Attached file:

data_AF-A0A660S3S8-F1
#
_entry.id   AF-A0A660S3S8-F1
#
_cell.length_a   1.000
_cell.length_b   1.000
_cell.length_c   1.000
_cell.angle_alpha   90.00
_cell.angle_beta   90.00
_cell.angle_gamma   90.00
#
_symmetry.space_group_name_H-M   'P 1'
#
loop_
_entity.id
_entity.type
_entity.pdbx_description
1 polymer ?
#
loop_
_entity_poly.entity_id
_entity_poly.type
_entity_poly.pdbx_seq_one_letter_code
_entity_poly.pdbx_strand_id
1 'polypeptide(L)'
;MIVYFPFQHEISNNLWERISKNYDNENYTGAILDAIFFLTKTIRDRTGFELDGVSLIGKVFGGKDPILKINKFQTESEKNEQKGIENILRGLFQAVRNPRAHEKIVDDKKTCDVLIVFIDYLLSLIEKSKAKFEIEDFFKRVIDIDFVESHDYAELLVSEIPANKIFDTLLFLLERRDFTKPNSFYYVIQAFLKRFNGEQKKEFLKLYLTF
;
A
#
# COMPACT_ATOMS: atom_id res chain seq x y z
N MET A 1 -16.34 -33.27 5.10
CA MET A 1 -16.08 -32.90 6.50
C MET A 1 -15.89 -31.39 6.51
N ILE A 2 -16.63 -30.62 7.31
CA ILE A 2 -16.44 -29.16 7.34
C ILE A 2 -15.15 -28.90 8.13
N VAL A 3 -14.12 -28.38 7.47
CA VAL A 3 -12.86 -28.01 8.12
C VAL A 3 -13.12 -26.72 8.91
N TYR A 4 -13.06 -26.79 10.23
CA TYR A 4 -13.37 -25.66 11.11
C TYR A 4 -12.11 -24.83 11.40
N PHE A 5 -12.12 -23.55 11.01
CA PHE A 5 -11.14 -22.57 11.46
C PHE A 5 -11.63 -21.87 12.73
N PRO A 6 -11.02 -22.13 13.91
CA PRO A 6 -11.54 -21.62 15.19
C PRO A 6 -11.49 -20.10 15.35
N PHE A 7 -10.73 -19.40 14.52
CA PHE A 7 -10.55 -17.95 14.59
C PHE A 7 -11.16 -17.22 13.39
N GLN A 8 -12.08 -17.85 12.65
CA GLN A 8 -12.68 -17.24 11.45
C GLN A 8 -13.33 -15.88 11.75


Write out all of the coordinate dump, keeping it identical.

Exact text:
data_AF-A0A660S3S8-F1
#
_entry.id   AF-A0A660S3S8-F1
#
_cell.length_a   1.000
_cell.length_b   1.000
_cell.length_c   1.000
_cell.angle_alpha   90.00
_cell.angle_beta   90.00
_cell.angle_gamma   90.00
#
_symmetry.space_group_name_H-M   'P 1'
#
loop_
_entity.id
_entity.type
_entity.pdbx_description
1 polymer ?
#
loop_
_entity_poly.entity_id
_entity_poly.type
_entity_poly.pdbx_seq_one_letter_code
_entity_poly.pdbx_strand_id
1 'polypeptide(L)'
;MIVYFPFQHEISNNLWERISKNYDNENYTGAILDAIFFLTKTIRDRTGFELDGVSLIGKVFGGKDPILKINKFQTESEKNEQKGIENILRGLFQAVRNPRAHEKIVDDKKTCDVLIVFIDYLLSLIEKSKAKFEIEDFFKRVIDIDFVESHDYAELLVSEIPANKIFDTLLFLLERRDFTKPNSFYYVIQAFLKRFNGEQKKEFLKLYLTF
;
A
#
# COMPACT_ATOMS: atom_id res chain seq x y z
N MET A 1 -16.34 -33.27 5.10
CA MET A 1 -16.08 -32.90 6.50
C MET A 1 -15.89 -31.39 6.51
N ILE A 2 -16.63 -30.62 7.31
CA ILE A 2 -16.44 -29.16 7.34
C ILE A 2 -15.15 -28.90 8.13
N VAL A 3 -14.12 -28.38 7.47
CA VAL A 3 -12.86 -28.01 8.12
C VAL A 3 -13.12 -26.72 8.91
N TYR A 4 -13.06 -26.79 10.23
CA TYR A 4 -13.37 -25.66 11.11
C TYR A 4 -12.11 -24.83 11.40
N PHE A 5 -12.12 -23.55 11.01
CA PHE A 5 -11.14 -22.57 11.46
C PHE A 5 -11.63 -21.87 12.73
N PRO A 6 -11.02 -22.13 13.91
CA PRO A 6 -11.54 -21.62 15.19
C PRO A 6 -11.49 -20.10 15.35
N PHE A 7 -10.73 -19.40 14.52
CA PHE A 7 -10.55 -17.95 14.59
C PHE A 7 -11.16 -17.22 13.39
N GLN A 8 -12.08 -17.85 12.65
CA GLN A 8 -12.68 -17.24 11.45
C GLN A 8 -13.33 -15.88 11.75